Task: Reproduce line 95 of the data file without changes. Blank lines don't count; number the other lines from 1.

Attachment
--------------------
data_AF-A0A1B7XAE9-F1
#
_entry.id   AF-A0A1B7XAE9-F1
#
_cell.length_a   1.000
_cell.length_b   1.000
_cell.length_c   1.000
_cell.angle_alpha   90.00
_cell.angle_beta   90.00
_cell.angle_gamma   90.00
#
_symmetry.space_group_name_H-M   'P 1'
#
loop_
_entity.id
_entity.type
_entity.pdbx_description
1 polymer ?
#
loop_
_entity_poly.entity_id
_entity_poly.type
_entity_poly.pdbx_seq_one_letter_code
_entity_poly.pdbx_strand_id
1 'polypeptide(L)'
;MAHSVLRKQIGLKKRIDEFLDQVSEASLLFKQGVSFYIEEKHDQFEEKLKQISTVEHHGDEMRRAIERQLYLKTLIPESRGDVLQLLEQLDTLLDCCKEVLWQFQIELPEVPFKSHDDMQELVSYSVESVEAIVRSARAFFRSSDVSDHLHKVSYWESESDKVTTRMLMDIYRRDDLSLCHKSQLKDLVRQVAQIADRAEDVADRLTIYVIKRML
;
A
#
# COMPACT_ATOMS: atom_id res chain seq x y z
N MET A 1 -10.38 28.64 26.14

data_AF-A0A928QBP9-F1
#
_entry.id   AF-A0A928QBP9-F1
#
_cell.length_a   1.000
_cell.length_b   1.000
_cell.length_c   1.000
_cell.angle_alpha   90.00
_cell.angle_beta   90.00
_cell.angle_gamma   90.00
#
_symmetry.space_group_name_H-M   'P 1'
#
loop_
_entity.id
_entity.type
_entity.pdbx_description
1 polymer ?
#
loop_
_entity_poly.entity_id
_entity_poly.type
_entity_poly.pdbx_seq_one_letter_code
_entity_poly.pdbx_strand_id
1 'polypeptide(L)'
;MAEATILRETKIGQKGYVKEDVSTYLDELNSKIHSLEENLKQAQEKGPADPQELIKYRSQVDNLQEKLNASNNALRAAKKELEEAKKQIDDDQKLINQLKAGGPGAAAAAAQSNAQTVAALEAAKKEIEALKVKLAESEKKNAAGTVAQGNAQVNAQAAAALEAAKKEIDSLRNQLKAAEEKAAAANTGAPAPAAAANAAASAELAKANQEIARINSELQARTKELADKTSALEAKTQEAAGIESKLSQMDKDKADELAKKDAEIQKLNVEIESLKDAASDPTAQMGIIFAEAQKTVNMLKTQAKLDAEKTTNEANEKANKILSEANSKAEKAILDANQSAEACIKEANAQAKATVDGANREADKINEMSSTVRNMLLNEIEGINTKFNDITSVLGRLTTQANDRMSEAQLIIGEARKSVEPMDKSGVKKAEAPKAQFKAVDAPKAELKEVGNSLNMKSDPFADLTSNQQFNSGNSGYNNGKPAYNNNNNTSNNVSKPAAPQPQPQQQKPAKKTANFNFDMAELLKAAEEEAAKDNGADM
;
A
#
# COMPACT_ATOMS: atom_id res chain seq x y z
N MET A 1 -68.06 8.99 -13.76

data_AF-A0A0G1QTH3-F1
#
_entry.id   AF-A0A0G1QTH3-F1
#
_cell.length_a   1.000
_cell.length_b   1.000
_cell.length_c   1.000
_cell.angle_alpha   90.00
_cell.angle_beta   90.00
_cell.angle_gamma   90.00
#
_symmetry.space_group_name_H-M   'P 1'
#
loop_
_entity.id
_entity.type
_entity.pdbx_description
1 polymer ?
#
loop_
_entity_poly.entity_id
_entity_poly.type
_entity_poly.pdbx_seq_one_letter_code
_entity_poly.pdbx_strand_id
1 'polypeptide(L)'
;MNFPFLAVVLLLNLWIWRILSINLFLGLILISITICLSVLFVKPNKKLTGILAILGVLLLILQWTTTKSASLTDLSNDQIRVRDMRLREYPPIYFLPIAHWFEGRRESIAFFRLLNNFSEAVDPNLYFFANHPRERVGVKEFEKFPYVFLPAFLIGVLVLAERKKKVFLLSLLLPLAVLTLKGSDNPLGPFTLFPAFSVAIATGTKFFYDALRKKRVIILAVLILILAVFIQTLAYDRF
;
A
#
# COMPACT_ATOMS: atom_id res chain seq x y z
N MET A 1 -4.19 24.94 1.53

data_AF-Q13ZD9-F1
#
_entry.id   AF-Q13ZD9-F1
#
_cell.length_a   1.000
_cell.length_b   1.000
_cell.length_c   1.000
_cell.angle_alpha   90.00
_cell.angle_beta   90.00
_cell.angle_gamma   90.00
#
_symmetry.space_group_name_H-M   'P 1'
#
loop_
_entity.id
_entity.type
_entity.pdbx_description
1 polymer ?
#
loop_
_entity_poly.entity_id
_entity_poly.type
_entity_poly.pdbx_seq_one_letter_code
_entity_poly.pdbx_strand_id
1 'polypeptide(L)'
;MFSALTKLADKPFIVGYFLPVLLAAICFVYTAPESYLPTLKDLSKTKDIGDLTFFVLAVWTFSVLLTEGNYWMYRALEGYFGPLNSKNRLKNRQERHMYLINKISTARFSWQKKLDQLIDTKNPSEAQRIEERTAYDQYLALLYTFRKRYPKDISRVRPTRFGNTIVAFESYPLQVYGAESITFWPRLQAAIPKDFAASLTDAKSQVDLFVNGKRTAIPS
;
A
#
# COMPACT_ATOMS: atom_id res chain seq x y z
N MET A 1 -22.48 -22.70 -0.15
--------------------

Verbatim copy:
#